Rich Tucker

Another example appeared in the June 26 Washington Post. Columnist Courtland Milloy wrote that, “During a road trip with my dad in the summer of 1987, every state line we crossed -- from Louisiana to Mississippi to Arkansas -- seemed to trigger in him recollections of white terrorism, or black triumph over it, from his years growing up in the Old South.” Milloy’s point was that a recent Senate apology for its failure to outlaw lynching was pointless.
Well, of course. All apologies by people not involved in the original actions are pointless.
When Bill Clinton went to Africa to apologize for slavery, it was equally pointless; he’d never owned slaves, he’d never trafficked in slaves, so what did he have to apologize for?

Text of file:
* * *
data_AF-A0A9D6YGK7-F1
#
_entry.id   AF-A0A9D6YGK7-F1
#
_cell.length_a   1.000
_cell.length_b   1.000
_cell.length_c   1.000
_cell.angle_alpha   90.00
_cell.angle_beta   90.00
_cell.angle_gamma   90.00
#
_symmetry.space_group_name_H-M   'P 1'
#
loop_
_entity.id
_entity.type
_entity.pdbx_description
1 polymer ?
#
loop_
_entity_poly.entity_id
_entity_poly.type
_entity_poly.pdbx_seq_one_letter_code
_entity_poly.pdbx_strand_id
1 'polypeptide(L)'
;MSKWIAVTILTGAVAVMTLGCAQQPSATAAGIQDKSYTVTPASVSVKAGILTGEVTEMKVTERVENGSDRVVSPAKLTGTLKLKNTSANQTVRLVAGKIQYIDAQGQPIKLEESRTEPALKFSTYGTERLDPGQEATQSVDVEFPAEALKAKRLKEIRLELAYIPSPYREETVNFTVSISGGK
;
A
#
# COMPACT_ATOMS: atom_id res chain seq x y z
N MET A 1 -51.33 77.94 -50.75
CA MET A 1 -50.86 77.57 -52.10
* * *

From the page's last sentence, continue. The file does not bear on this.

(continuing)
But Milloy’s piece is a reminder of the not-so-distant past. Just decades ago, simply driving in the wrong place could get a black person arrested, beaten up or even killed. Today, blacks travel the south as fearlessly as whites do. And if they do get swept up in the criminal justice system, they may well end up appearing before a black judge. Imagine the thought of a black judge in South Carolina in 1964.

The sad fact is that, today, most segregation is self-segregation. Whites-only groups are rare (even Augusta National, the home of Southern aristocracy, has black members), but blacks-only groups are proliferating.

 Of course the issue of race relations isn’t finished. Nothing that large and sweeping ever is. Even after a man finishes a marathon, he’s still got to travel home. Still, we’ve come many miles in this country. Instead of endlessly beating ourselves up, we should spend some time celebrating just how far we’ve come, and how quickly.

Rich Tucker

Rich Tucker is a communications professional and a columnist for